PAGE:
In history we learned about Good Queen Bess. I really didn’t know or remember anything about the Elizabethan Age. Very interesting! Caleb is reading a biography called Who Was Queen Elizabeth? It is interesting and at a perfect reading level! I had heard of this series of biographies before called Who Was __?, but hadn’t read any yet. I would love to have more from this series. This seems an excellent series for biographies for lower elementary (even upper could read it for a quick biography). There are pictures, nice size of font, not too difficult vocabulary yet challenging for a 2nd grader, call-out boxes on related topics (some examples from this one: the Plague, the Tower of London, Sir Francis Drake, Martin Luther, etc.), interesting details, and not too long.

In order from top: egg yolk/vinegar/flower petal cure, crushed ruby and emerald cure (crushed candies), live spider covered in honey cure, lettuce tea to induce sleep, and "cow manure" poultice.

In order from top: egg yolk/vinegar/flower petal cure, crushed ruby and emerald cure (crushed candies), live spider covered in honey cure, lettuce tea to induce sleep, and “cow manure” poultice.

Flower petal treatment for their "sores."

Flower petal treatment for their “sores.”

For a fun history project we performed some Renaissance cures (loosely related to all the strange treatments doctors gave Edward VI) for sore limbs, inflammation, to induce sleep, to give energy, and treat sores. I felt SO bad though, because the “cow manure poultice” (the chocolate no-bake cookies) was still too hot, and I barely burned Caleb’s wrist! So much for a cure! Or fun! Anyway, he felt a little better when he got to eat the poultice. Poor kid.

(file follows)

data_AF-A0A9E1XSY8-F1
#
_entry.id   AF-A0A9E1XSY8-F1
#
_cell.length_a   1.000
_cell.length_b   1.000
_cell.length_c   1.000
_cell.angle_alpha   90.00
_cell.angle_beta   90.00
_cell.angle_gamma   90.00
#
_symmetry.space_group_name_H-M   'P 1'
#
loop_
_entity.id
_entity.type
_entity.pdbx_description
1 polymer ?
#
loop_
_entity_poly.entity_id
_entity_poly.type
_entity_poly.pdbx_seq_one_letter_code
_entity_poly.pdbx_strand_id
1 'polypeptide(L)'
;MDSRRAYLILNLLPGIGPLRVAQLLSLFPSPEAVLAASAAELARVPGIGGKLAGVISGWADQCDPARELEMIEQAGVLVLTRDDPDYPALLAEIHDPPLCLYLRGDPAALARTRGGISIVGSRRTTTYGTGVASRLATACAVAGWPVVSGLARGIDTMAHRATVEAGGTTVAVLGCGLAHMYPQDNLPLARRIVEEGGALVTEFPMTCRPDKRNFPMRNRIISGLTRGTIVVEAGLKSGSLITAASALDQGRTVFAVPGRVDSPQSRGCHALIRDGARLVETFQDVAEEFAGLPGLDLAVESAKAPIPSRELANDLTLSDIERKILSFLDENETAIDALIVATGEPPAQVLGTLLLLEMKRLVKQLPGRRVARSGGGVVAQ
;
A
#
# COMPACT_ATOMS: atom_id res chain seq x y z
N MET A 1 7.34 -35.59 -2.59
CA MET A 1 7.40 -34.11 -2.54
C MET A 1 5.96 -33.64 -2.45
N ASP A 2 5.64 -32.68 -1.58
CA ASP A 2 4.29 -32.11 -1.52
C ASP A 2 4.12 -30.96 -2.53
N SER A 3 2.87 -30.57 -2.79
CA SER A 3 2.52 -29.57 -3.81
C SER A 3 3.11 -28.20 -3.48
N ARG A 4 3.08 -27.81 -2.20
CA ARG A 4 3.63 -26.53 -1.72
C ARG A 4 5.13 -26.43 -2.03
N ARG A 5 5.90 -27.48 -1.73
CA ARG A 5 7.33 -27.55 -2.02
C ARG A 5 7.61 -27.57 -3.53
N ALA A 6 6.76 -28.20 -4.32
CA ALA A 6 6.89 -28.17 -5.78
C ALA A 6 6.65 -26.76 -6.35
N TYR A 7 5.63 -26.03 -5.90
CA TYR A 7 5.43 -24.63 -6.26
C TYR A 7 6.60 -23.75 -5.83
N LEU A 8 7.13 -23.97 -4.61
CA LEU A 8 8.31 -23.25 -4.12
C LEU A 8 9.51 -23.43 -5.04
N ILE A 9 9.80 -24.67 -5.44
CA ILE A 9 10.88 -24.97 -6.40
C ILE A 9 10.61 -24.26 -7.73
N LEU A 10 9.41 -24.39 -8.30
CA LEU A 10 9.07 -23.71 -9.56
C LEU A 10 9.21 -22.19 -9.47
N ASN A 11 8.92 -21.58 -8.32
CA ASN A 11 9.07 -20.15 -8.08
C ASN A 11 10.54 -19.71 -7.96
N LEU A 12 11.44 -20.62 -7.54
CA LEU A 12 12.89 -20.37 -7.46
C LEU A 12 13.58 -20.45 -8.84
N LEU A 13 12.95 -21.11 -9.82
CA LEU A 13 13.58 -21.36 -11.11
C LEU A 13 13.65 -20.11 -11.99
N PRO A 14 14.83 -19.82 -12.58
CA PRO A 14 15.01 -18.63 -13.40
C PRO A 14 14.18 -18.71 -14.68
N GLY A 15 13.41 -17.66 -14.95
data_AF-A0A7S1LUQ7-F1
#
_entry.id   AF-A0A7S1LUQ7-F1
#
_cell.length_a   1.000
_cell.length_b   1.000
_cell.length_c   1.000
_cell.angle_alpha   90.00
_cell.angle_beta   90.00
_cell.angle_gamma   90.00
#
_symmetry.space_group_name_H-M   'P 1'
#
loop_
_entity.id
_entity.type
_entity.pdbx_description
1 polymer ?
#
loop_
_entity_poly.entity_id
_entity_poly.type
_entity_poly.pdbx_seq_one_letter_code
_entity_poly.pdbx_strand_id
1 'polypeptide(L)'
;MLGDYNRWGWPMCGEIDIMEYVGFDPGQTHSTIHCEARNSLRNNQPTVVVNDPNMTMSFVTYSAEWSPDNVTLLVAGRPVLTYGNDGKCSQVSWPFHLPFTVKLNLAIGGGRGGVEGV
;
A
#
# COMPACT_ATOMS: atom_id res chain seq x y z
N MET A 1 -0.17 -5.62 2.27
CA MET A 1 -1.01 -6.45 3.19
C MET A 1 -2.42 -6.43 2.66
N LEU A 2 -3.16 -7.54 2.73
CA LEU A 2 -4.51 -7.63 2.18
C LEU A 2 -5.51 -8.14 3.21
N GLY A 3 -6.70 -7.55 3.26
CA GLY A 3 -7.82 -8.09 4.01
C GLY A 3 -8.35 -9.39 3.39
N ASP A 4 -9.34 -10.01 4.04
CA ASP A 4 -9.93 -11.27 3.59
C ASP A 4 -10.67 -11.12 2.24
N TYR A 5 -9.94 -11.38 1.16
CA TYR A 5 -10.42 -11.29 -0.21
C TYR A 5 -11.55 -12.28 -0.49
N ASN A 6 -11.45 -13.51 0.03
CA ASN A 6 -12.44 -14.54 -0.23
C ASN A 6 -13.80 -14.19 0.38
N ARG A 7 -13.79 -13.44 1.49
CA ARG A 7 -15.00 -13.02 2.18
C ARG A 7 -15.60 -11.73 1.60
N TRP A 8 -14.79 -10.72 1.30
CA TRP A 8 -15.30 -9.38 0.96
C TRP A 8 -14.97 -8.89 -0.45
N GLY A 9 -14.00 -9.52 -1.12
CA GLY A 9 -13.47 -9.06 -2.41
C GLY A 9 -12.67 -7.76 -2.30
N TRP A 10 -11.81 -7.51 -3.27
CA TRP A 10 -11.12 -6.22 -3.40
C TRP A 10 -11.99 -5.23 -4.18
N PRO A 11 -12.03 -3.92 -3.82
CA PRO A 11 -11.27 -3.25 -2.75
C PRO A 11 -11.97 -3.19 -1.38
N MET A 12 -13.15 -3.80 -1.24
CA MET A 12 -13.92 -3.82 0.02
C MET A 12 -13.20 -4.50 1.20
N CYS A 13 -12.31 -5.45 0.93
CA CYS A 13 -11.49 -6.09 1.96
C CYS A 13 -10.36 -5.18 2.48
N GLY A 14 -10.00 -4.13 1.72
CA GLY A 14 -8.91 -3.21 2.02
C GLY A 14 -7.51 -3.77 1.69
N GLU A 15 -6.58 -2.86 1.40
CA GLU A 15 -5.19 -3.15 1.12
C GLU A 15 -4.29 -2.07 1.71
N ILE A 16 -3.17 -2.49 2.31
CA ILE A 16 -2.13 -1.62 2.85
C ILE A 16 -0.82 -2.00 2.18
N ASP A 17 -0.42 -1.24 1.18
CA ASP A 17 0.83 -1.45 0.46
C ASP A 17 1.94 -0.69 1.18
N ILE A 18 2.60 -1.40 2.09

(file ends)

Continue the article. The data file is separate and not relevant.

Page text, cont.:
No thank you to the lettuce tea!

No thank you to the lettuce tea!

Self-education: I read some more of Don Quixote this week. It’s gotten a bit more interesting, if unbelievable. Seth and I ditched reading Bulfinch’s Mythology together at his request and began Cry, the Beloved Country (a novel placed in South Africa.) Seth finished reviewing When Helping Hurts and disagreed with enough of it to title his review When Hurting Helps. I decided to play along and title this article in the same vein.

What are you reading lately?

Posted in Weekly Report | Tagged , , , , | 2 Comments

Shelob’s Sister?


Image | Posted on by | Tagged , | Leave a comment

Laughter Is Really Serious

A long time ago when someone was interested in possibly joining our ministry here, our team compiled a list of what we thought were missionary “essentials” in order for our team to work well. If you wanted to join our team, we hoped that you would agree with these essentials and have them in your own life. Since then, I’ve sometimes thought of other “essentials,” or at least, good-to-haves. I thought I’d share them with you when the mood strikes.